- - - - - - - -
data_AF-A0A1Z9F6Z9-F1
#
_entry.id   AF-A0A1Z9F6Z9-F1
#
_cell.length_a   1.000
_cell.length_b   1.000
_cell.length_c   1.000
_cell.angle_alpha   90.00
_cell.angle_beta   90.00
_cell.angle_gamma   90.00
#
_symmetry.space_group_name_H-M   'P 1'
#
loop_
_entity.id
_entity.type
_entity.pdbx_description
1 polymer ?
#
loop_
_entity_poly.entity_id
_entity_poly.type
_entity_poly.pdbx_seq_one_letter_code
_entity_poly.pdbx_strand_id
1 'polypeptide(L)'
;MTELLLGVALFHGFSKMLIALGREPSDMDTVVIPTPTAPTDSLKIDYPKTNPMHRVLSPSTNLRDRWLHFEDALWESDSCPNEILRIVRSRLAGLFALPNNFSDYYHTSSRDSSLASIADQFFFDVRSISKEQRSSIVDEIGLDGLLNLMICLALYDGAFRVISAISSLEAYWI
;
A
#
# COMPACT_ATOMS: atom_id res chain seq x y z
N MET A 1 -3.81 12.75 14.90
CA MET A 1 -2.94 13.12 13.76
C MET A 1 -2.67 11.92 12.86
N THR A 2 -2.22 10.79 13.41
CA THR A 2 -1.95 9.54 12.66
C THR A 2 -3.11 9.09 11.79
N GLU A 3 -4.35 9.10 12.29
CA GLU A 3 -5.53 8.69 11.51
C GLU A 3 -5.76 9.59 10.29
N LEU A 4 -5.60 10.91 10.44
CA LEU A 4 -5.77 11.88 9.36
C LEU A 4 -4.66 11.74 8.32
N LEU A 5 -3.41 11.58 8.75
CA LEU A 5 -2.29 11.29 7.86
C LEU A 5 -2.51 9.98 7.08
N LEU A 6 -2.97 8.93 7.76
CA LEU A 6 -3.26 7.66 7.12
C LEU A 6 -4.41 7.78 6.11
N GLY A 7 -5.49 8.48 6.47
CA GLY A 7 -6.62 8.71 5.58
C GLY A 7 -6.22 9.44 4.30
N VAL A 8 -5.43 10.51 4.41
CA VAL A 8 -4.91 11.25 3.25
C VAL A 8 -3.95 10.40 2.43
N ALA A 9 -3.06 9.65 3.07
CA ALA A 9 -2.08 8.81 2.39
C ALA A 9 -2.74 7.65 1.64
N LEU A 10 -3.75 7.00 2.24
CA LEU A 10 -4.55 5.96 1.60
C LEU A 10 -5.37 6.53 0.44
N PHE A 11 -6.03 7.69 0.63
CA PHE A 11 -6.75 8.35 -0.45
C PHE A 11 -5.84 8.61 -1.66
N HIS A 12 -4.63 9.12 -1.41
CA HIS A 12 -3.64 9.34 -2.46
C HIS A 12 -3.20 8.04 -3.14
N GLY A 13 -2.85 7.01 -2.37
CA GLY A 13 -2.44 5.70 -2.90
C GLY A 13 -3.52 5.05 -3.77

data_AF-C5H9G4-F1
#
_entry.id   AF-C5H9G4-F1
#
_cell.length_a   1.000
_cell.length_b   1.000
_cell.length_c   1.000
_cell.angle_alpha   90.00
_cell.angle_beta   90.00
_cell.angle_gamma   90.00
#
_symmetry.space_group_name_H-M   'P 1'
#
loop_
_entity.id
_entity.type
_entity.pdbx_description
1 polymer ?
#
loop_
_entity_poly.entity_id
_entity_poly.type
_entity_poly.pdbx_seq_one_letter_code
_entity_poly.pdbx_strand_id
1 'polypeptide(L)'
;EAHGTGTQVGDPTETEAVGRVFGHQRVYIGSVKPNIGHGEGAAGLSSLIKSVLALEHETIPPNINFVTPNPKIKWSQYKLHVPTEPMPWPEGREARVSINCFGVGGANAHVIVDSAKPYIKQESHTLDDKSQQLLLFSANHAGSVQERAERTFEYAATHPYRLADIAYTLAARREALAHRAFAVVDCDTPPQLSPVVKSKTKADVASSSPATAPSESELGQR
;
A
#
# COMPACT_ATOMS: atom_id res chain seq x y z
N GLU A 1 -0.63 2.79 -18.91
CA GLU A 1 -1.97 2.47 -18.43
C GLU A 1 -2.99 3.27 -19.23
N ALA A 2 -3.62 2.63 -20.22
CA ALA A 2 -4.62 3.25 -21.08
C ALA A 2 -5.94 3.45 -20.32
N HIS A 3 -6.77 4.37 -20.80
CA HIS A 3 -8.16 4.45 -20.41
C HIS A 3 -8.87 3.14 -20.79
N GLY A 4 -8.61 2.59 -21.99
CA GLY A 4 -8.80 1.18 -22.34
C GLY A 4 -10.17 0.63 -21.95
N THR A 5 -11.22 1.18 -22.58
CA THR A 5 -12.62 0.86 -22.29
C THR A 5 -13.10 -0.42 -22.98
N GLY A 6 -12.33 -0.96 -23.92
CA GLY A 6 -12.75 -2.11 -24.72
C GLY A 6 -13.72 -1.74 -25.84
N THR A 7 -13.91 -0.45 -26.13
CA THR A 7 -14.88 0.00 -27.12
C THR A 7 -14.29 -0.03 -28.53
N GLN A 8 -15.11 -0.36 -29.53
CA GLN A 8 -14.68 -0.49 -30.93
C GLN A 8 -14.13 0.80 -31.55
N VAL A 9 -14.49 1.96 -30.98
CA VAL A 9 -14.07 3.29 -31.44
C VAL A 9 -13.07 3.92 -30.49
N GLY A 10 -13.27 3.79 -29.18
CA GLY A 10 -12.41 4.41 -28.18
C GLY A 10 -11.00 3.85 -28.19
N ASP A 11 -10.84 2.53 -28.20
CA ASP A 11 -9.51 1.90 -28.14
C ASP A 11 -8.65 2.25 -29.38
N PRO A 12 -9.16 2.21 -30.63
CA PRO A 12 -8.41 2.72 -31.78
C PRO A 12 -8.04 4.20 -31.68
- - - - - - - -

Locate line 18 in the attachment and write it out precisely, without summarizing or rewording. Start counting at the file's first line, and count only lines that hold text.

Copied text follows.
1 polymer ?